The salmon is $6.99 a pound, a chalkboard outside says, it is Alaskan and wild, which is all I will buy for my family, I have just heard the author of the book Four Fish on Fresh Air, he has told again the familiar refrain: farmed salmon is fraught with so many environmental concerns, wild is overfished almost everywhere, our world's fish are depleting fast as steamy stinking water out a paper mill's pipe. Here in the truck, the vendor shows me two salmon in the box; mine, three-and-some pounds, is $25. I hand over all my craft fair proceeds. "It's fresh, never frozen!" he says, and I imagine it fairly swimming here down the Pacific coast. I shake off the chill of the Northern Pacific; it braces, it sparkles in the corners of my eyes.
I lived in the South for seven years (leaving Reston, Virginia out of the accounting), and still, when I think "South" I think Streetcar Named Desire, I think low-country fried oysters, I think corn pone in the dining room of the CEO in West Point, Georgia, I think Laura Ashley bedspreads and girls who go by their mama's last name, I think Spanish moss hanging from the oak trees, shrouding the highways outside of Savannah, Georgia. My image of the South is not how I lived -- in a series of dormitory rooms, apartment buildings, my diet consisting of bagel chips and low-fat cream cheese and lentils with mango -- but how I imagined living. With wide hand gestures; a taste for whiskey, neat; dresses which clung to me, sweat dripping down the small of my back, down, down.
With pimiento cheese spread. With fried okra. With watermelon rind pickles.
I've eaten my share of white bread, toasted, smeared with the South's special sauce; breaded, crispy rings of okra were my standard number one at every restaurant that served lunch with "three veg." But somehow, I'd missed watermelon rind pickles, it was too South, maybe, more Little Rock than Lexington, Vee-Aye.
I am running, I am running, and as I jog around corners and sprint up hills, on streets, on sidewalks, I see the sunflowers and the grape vines and the tomatoes. The vines, the indeterminate heavy shoots and curly tendrils and uncanny-fragrant leaves, are so verdant and electric I wonder if the city has been laced with some miracle drug, a concoction that makes everything grow and grow and GROW! But if so, the drug is flawed, still in the testing phase, surely. Because everything is green.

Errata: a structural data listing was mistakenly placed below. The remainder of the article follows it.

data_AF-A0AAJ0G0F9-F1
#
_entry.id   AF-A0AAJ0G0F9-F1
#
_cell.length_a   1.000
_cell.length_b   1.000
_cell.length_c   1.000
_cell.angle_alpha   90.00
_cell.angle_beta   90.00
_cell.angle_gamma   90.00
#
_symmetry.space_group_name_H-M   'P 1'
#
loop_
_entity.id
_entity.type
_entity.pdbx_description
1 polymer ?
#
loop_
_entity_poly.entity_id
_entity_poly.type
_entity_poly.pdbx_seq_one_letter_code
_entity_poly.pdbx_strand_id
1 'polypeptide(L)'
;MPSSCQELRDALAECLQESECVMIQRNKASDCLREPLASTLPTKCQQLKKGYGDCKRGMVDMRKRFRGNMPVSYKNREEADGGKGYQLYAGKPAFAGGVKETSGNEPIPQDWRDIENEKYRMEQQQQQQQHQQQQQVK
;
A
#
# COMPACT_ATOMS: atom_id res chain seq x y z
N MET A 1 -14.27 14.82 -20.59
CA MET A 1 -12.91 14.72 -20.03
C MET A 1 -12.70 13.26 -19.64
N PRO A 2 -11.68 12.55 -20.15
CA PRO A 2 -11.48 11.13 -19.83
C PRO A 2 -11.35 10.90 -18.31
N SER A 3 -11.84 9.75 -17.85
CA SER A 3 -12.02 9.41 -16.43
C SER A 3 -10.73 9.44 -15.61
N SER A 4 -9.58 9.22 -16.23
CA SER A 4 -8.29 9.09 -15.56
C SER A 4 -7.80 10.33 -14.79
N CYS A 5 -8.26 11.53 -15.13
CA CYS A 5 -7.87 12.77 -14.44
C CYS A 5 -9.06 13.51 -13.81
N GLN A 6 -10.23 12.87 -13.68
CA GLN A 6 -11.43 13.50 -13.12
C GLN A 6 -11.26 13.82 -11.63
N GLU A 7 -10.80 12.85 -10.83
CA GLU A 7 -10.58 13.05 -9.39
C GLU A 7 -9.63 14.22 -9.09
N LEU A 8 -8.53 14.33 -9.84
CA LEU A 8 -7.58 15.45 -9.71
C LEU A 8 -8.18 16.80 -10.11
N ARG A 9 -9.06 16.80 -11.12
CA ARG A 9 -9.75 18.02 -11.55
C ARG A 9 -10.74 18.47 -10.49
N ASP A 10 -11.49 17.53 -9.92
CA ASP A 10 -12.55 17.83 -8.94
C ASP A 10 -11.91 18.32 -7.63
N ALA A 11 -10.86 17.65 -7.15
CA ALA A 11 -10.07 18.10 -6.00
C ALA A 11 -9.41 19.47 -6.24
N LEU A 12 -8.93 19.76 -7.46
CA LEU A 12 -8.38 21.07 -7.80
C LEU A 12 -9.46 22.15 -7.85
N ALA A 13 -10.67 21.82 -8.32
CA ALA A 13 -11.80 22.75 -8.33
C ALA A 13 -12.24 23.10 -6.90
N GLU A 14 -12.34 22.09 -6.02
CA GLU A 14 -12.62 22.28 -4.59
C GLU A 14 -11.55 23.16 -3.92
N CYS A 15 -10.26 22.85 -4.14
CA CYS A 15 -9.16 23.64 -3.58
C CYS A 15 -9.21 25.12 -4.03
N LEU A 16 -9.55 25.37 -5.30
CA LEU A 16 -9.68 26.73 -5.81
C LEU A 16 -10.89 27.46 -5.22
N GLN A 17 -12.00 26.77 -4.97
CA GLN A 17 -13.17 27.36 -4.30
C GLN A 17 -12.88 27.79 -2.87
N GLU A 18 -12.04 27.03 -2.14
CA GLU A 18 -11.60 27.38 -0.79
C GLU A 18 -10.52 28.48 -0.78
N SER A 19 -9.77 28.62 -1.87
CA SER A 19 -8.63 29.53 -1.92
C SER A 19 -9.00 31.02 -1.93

I brush past the tomato leaves on purpose -- not that I can help it, the vines spread from front yard cages to parking strip garden boxes, catching my legs with giggles of scent as I hurry by -- to drink in the heady balm, the promise of ripeness, shade of the night and the moon and the sun, tomatoes.
This year, this chilly summer with only an August streak of sunny weeks, all the tomatoes are green, still green on Woodward Street and behind the high school and through alleys and in my front yard. If I see red, it is a blush, a promise, a surprise. It is a hot summer evening; last year I would have been headed home to blanch, peel, chop, push tomatoes into their jars, pint by bloody pint.
And so, we wait, hope and fear equal seedy lumps in our collective throats.
Walk past my house -- I dare you -- and do not startle, mutter to yourself, call out a soft word of admiration direct from your marrow. Despite my clutter and half-skills and haphazard scattering of effort, energy, garden mysticism, August on my street is glory. The grape vines are the first to call to you, yes, their curling witch-fingers brushing on your cheek, your skirt, my pretttty... they say, creaking in the breeze. The lavender pokes purply, elegant and pastoral at once, echoing, imitating flatteringly, the ebullient row in front of my neighbor's home. There are sunflowers, now, cocking their cackling heads, throwing back chins and gulping in sunlight. The figs, big-handed, slow-drooping their fat sticky teardrops, they have their flowers inside, says Heather. Imagine that.
It's the mint, though, the mint that catches you. I wouldn't have planned this, didn't in fact want it at all, these rootling creepers sliding their leggy rhizomes through my precious dirt. They frill out in a patch of dark mushrooms, composting better than black plastic; they shoot up among the garlic; they worm their way under the fence and up through the lavender, the rosemary, the thyme. I wander in the front yard on my sprightlier days, grabbing big handfuls from the rootbase, curling fingers into earth and pulling with all my strength. My uprooting scents my fingers, my clothes, the air around me, and this is what you notice as you walk by. "I love your garden," you'll say to me, while I grunt and sweat and wish I were neater, more organized, more nurturing. Wish I'd never planted mint. "Thank you," I'll say, gulping back weepy confessions.